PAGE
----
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Juno Kim, Sieu Khuu; A new spin on vection in depth. Journal of Vision 2014;14(5):5. doi: https://doi.org/10.1167/14.5.5.
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© ARVO (1962-2015); The Authors (2016-present)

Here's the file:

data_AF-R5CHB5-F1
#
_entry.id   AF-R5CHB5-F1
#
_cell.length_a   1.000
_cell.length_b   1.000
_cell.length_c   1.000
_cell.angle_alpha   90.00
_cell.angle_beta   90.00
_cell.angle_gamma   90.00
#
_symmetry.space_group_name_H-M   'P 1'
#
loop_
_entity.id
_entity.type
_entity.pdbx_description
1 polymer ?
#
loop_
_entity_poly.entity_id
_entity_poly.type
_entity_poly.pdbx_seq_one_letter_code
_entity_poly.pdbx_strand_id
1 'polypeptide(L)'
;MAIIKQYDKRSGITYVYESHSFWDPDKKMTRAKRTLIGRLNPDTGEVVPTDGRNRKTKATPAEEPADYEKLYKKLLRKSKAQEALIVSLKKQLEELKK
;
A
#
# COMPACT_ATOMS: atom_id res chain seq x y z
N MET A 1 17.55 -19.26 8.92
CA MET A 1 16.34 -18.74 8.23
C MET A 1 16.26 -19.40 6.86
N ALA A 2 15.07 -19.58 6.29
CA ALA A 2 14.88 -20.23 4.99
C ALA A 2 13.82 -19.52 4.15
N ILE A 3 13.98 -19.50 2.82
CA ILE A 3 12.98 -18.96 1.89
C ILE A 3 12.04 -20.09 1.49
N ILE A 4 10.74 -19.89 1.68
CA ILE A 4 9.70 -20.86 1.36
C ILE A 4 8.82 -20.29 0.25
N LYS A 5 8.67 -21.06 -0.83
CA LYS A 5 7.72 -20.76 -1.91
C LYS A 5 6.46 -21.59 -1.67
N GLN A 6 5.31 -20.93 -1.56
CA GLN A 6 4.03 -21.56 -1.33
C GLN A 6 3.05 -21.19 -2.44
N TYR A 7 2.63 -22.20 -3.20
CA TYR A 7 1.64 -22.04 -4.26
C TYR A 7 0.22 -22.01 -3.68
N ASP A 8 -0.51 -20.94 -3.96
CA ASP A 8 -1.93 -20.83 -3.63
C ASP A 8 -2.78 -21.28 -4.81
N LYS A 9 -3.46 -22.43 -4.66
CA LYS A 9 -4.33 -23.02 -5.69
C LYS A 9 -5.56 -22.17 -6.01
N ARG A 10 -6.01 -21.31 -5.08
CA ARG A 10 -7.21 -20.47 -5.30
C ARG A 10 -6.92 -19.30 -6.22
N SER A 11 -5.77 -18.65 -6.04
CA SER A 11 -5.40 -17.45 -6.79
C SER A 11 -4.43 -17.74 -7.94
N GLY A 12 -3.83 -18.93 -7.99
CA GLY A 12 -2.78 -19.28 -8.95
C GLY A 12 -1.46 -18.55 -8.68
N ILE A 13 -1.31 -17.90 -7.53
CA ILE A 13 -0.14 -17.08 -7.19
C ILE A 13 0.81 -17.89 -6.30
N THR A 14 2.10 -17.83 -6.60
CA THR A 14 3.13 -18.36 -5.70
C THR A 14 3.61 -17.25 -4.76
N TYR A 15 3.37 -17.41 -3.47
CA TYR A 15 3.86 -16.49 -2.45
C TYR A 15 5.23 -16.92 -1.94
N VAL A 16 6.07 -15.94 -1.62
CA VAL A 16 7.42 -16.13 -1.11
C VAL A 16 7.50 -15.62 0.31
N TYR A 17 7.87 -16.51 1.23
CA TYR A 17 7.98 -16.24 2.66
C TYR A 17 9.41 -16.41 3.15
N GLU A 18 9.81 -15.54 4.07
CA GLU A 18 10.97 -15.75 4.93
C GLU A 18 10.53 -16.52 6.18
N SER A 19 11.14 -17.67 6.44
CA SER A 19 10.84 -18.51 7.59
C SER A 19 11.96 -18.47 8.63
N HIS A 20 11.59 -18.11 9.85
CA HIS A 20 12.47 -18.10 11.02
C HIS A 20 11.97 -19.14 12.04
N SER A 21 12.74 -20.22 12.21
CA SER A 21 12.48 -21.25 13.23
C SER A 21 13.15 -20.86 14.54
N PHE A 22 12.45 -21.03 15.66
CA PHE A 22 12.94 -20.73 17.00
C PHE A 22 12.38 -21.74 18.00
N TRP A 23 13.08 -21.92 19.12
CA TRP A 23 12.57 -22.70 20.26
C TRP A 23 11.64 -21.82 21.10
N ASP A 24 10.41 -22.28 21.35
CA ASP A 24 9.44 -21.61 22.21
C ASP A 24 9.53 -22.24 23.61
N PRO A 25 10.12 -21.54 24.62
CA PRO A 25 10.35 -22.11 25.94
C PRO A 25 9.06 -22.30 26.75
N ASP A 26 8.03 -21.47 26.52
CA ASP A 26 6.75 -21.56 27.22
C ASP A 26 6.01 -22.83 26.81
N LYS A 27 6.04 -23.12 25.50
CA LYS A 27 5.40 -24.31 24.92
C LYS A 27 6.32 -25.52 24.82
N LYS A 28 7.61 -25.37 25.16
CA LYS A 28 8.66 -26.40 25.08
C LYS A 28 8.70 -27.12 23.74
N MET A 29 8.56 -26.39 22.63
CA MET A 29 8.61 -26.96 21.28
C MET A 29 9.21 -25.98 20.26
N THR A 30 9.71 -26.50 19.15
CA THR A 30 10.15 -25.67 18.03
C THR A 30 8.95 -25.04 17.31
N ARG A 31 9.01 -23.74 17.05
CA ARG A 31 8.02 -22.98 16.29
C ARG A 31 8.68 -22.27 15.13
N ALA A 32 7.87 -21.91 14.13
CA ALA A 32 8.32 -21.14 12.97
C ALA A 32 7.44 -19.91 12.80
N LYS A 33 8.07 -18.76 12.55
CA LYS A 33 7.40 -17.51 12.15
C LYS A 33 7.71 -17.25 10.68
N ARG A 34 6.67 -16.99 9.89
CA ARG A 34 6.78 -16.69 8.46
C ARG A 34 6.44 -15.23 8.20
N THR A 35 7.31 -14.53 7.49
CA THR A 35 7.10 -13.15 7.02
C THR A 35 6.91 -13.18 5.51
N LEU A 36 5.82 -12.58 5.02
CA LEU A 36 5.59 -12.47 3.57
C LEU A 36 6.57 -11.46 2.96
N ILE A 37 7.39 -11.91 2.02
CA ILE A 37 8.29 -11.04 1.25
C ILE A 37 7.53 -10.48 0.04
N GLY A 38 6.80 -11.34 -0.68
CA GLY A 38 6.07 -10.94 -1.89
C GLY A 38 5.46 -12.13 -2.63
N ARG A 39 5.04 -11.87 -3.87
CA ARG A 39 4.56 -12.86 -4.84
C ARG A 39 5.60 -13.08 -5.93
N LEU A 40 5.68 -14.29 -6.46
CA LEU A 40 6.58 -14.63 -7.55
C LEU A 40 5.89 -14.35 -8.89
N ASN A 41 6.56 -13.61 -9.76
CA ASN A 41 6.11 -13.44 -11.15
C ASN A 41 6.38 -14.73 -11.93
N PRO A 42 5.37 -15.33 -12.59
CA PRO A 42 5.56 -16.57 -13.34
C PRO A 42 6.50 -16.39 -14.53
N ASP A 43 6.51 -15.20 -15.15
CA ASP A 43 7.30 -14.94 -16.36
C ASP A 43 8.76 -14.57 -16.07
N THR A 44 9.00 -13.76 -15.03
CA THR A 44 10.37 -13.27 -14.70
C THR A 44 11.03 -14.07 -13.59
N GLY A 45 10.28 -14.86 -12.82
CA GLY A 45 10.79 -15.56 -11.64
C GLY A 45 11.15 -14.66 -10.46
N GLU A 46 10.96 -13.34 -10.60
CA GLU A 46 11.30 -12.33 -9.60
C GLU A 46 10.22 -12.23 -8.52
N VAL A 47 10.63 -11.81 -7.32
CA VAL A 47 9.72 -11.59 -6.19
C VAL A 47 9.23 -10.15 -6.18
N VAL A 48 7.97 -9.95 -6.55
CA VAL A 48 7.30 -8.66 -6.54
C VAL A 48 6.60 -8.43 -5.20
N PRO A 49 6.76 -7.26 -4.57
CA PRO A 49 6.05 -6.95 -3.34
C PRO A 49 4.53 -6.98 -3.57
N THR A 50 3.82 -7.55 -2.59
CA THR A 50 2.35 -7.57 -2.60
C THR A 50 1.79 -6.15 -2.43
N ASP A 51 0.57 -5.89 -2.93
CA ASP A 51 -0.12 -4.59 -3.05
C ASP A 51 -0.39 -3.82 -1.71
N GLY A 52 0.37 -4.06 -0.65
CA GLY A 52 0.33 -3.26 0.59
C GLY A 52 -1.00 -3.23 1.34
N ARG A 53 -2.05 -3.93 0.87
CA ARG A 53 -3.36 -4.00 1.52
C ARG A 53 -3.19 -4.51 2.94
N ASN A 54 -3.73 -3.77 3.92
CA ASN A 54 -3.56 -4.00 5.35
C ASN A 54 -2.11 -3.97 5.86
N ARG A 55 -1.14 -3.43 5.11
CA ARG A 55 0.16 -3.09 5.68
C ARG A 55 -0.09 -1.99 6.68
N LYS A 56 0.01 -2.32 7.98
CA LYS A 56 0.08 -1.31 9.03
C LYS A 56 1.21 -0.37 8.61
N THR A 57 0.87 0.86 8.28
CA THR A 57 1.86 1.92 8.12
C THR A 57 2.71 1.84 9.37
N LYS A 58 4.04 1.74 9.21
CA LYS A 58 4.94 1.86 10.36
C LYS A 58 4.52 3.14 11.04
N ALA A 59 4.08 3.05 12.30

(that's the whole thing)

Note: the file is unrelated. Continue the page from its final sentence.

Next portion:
Previous research has shown that adding lateral viewpoint changes to visual displays simulating self-motion in depth can increase the strength of linear vection. We performed experiments to determine whether these vection increases are caused by reduced adaptation to retinal motion, rather than increased motion parallax in the visual display. In Experiment 1, we added increasing amplitudes of sinusoidal angular viewpoint oscillation around the viewing axis (up to 94.2°/s) to radial flow simulating self-motion in depth. We found that angular viewpoint oscillation systematically reduced the onset latencies and increased the overall strength of vection in depth, compared with pure radial flow. In Experiment 2, we compared vection strength between radial flow displays with either added angular oscillation or continuous spiral rotation of equivalent peak velocity around the viewing axis (62.8°/s), and found that angular viewpoint oscillation generated the strongest vection. In Experiment 3, we found that pure radial flow with or without continuous spiral rotation produced radial motion aftereffects that lasted longer than that produced by radial flow with angular viewpoint oscillation. These findings support the view that the way viewpoint oscillation increases vection does not critically depend on motion parallax, but rather, on a changing pattern of retinal motion that serves to reduce visual adaptation and sustain sensitivity to optic flow.
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